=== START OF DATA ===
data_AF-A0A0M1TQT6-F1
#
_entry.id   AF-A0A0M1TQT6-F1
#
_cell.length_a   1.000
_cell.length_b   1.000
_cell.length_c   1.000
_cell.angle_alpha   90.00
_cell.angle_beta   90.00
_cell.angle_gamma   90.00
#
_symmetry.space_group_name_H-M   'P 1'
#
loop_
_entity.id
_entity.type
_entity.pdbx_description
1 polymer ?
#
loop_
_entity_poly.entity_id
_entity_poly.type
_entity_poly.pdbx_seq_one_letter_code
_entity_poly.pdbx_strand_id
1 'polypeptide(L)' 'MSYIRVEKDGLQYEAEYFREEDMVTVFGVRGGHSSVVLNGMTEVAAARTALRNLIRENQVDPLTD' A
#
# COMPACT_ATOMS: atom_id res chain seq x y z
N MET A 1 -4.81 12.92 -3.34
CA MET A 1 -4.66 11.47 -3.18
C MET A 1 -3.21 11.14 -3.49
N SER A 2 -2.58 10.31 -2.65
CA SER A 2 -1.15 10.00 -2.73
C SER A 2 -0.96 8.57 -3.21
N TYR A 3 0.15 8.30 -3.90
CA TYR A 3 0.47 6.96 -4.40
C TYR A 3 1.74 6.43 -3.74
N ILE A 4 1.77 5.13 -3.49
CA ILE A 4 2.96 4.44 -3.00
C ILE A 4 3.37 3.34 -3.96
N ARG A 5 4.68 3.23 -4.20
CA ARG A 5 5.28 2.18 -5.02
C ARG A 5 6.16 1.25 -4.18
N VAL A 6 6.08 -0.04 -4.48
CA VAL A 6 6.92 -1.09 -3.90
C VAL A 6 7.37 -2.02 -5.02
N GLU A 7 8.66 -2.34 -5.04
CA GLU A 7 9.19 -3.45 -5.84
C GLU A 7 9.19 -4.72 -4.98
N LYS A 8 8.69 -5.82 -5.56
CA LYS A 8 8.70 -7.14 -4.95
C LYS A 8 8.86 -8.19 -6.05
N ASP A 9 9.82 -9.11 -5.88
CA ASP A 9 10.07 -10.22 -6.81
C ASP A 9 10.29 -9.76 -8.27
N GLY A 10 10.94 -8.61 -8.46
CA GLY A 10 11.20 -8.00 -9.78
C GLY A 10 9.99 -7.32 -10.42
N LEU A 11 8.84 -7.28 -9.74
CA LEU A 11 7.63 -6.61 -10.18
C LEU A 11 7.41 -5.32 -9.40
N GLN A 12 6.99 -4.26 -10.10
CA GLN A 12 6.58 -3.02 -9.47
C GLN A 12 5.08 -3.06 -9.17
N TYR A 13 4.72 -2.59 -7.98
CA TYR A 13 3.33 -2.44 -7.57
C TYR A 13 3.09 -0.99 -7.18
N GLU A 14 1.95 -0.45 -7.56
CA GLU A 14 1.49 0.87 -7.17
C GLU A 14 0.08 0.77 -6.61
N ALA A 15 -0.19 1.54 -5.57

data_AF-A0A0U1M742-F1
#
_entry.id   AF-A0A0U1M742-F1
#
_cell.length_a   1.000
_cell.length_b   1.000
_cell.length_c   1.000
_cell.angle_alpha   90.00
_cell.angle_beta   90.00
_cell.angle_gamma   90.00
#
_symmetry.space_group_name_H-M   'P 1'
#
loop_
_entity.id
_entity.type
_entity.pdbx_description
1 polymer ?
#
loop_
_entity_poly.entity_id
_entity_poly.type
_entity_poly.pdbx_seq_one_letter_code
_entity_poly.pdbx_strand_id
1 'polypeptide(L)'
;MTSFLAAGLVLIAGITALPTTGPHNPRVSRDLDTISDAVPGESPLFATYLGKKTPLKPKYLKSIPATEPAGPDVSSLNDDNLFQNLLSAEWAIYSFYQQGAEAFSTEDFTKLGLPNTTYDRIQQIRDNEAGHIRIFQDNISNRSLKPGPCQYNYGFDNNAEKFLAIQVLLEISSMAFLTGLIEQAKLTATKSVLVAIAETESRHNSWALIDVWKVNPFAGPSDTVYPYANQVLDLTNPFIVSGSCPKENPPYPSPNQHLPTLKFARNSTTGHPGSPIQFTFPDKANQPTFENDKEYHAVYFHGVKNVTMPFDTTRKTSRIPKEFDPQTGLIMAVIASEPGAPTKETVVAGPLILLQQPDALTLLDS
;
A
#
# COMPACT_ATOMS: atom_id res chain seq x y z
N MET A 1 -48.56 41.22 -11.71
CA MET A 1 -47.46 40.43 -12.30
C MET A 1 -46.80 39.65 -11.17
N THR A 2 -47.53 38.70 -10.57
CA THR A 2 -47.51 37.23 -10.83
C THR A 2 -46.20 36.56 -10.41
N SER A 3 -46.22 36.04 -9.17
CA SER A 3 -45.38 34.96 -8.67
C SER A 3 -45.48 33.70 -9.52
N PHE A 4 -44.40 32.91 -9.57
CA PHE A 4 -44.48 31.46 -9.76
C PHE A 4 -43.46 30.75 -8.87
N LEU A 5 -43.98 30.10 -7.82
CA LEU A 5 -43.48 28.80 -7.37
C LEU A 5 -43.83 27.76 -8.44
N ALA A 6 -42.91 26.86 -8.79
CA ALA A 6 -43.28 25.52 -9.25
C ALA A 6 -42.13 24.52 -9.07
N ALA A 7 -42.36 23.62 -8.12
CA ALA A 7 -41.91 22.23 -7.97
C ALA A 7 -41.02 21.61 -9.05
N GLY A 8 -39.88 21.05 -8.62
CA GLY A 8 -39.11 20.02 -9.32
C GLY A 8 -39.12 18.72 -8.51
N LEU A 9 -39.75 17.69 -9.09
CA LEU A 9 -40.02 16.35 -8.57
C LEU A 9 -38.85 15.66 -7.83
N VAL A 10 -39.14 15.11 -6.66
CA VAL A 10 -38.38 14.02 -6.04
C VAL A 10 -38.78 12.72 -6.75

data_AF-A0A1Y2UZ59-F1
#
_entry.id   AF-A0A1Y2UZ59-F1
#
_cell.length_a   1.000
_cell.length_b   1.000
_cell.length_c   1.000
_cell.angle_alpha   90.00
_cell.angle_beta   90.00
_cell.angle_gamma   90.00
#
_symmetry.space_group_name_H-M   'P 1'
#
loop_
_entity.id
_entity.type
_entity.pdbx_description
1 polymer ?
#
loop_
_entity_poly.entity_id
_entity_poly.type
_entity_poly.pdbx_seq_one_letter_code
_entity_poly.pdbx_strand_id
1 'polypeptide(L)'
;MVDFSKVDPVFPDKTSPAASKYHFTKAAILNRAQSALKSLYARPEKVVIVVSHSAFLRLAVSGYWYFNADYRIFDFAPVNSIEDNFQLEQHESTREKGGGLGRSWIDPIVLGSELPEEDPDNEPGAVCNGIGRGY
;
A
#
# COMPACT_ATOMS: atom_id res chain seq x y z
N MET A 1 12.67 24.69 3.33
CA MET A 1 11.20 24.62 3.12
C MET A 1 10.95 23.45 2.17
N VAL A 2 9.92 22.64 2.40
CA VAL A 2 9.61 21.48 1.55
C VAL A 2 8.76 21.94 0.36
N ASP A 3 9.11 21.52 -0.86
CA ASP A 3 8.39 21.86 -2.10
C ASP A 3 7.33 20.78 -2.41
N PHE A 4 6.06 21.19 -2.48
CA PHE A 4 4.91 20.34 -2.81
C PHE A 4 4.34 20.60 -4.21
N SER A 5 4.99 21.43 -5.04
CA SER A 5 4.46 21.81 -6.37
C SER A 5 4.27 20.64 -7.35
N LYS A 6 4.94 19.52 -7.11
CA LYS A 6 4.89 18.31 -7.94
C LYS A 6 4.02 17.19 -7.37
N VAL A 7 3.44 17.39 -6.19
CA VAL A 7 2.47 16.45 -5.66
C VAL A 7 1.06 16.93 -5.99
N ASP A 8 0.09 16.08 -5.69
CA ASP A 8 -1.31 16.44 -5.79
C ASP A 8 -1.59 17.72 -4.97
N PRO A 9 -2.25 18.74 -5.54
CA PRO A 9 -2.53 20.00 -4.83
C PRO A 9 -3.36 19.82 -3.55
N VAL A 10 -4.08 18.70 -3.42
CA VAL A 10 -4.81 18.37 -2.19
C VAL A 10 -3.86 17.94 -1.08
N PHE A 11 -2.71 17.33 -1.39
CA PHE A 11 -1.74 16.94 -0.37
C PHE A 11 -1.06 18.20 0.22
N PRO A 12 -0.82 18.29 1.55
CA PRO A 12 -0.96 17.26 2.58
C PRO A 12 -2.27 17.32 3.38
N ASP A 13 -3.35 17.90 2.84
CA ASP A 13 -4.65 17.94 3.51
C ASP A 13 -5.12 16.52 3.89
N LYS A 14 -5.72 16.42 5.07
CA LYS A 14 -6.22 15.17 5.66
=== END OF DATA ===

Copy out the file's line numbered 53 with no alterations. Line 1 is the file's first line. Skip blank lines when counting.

CA ASP A 9 10.07 -10.22 -6.81